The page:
Diazepam

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Death may result when benzodiazepines are combined with other depressants such as opiates, barbiturates, gabapentinoids, thienodiazepines, alcohol or other GABAergic substances.[1]

It is strongly discouraged to combine these substances, particularly in common to heavy doses.

Summary sheet: Diazepam
Diazepam
Diazepam.svg
Chemical Nomenclature
Common names Valium, Diastat, "Mother's Little Helper", Apaurin
Substitutive name Diazepam
Systematic name 7-Chloro-1-methyl-5-phenyl-3H-1,4-benzodiazepin-2-one
Class Membership
Psychoactive class Depressant
Chemical class Benzodiazepine
Routes of Administration

WARNING: Always start with lower doses due to differences between individual body weight, tolerance, metabolism, and personal sensitivity. See responsible use section.



Oral
Dosage
Threshold 1 mg
Light 2.5 - 5 mg
Common 5 - 15 mg
Strong 15 - 30 mg
Heavy 30 mg +
Duration
Total 4 - 8 hours
Onset 20 - 40 minutes
Peak 60 - 90 minutes
After effects 12 - 36 hours









DISCLAIMER: PW's dosage information is gathered from users and resources for educational purposes only. It is not a recommendation and should be verified with other sources for accuracy.

Interactions

Diazepam (also known as Valium) is a depressant substance of the benzodiazepine class. Its mechanism of action is to increase the effects of the inhibitory neurotransmitter GABA.

Diazepam was patented in 1955 by the pharmaceutical company Hoffman-La Roche.[2] It has been one of the most frequently prescribed medications in the world since its launch in 1963.[3] It is commonly used to treat a wide range of conditions including anxiety, panic attacks, insomnia, seizures, muscle spasms, and restless legs syndrome. Diazepam is a core medicine in the World Health Organization's Essential Drugs List, the minimum medical needs for a basic health-care system.[4]

Subjective effects include anxiety suppression, sedation, and muscle relaxation.[5] Diazepam has a rapid onset of action compared to other benzodiazepines. However, it is generally considered to have lesser recreational effects compared to benzodiazepines like clonazepam (Klonopin) and alprazolam (Xanax).

Diazepam is considered to have low toxicity.[citation needed] However, it has moderate abuse potential and produces physical and psychological dependence with extended use. Additionally, it can contribute to death by respiratory depression if combined with alcohol, opiates, and other depressants. It is highly advised to use harm reduction practices if using this substance.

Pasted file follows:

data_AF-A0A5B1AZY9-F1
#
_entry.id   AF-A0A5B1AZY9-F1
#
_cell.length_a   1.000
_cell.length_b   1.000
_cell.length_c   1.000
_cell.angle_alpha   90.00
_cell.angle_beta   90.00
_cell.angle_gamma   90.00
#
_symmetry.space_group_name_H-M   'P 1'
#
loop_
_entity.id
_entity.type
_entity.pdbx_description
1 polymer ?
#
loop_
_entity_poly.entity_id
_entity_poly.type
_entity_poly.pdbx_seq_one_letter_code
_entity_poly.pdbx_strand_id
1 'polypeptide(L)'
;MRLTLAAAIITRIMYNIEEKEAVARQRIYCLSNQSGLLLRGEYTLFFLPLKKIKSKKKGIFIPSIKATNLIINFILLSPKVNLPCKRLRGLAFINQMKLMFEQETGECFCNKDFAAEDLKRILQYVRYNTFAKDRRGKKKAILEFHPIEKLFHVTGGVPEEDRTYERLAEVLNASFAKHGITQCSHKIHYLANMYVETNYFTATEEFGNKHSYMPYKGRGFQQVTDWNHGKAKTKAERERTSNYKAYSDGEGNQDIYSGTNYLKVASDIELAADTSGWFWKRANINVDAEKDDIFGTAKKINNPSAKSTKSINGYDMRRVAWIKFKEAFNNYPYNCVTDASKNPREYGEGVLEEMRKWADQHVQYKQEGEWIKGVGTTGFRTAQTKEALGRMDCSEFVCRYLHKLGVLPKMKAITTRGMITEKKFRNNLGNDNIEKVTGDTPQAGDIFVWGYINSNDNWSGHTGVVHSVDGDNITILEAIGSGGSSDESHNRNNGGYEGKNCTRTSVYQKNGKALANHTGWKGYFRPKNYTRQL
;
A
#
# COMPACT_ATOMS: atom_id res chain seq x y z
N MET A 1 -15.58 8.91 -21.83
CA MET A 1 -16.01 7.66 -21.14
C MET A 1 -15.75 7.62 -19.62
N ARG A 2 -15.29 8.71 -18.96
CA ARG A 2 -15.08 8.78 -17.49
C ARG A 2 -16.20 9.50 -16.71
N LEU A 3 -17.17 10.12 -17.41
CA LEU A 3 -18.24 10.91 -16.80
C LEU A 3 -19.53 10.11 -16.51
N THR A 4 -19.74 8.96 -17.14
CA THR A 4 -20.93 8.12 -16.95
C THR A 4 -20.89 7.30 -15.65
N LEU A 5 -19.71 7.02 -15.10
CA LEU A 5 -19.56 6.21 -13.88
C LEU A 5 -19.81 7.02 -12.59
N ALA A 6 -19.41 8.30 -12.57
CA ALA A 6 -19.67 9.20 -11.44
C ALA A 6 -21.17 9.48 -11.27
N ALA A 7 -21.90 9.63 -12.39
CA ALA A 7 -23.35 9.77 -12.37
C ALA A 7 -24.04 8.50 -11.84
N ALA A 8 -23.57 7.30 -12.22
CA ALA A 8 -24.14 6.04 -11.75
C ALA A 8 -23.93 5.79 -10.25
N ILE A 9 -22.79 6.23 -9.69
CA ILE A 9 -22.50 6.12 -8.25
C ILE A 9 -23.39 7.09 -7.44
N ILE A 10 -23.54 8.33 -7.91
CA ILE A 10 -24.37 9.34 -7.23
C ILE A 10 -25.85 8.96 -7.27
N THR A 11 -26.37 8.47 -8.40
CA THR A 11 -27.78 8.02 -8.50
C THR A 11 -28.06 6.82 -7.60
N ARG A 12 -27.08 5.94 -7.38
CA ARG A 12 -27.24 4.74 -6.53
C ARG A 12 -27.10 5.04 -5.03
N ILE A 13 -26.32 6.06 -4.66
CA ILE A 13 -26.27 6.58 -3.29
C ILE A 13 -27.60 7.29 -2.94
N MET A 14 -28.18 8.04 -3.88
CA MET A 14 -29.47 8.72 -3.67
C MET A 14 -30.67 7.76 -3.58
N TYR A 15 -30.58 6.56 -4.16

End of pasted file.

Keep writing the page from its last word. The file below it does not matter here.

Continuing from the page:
It should be noted that the sudden discontinuation of benzodiazepines can be potentially dangerous or life-threatening for individuals using regularly for extended periods of time, sometimes resulting in seizures or death.[6] It is highly recommended to taper one's dose by gradually lowering the amount taken each day for a prolonged period of time instead of stopping abruptly.[7]

History and culture

Following chlordiazepoxide (Librium), which was approved for use in 1960, diazepam was the second benzodiazepine invented by Leo Sternbach of pharmaceutical company Hoffman-La Roche. Released in 1963 as an improved version of Librium, diazepam became incredibly popular and quickly surpassed it in sales, helping Roche to become a pharmaceutical industry giant. After this initial success, other pharmaceutical companies began to introduce other benzodiazepine derivatives.[8]

The benzodiazepines gained popularity among medical professionals as an improvement over barbiturates, which have a comparatively narrow therapeutic index, and are far more sedative at therapeutic doses. The benzodiazepines are also far less dangerous; death rarely results from diazepam overdose, except in cases where it is consumed with large amounts of other depressants (such as alcohol or opioids).[9] Benzodiazepine drugs such as diazepam initially had widespread public support, but with time the view changed to one of growing criticism and calls for restrictions on their prescription.[10]

Marketed by Roche using an advertising campaign conceived by the William Douglas McAdams Agency under the leadership of Arthur Sackler,[11] diazepam was the top-selling pharmaceutical in the United States from 1969 to 1982, with peak annual sales in 1978 of 2.3 billion Valium tablets.[8] While psychiatrists continue to prescribe diazepam for the short-term relief of anxiety, neurology has taken the lead in prescribing diazepam for the palliative treatment of certain types of epilepsy and spastic activity.[citation needed]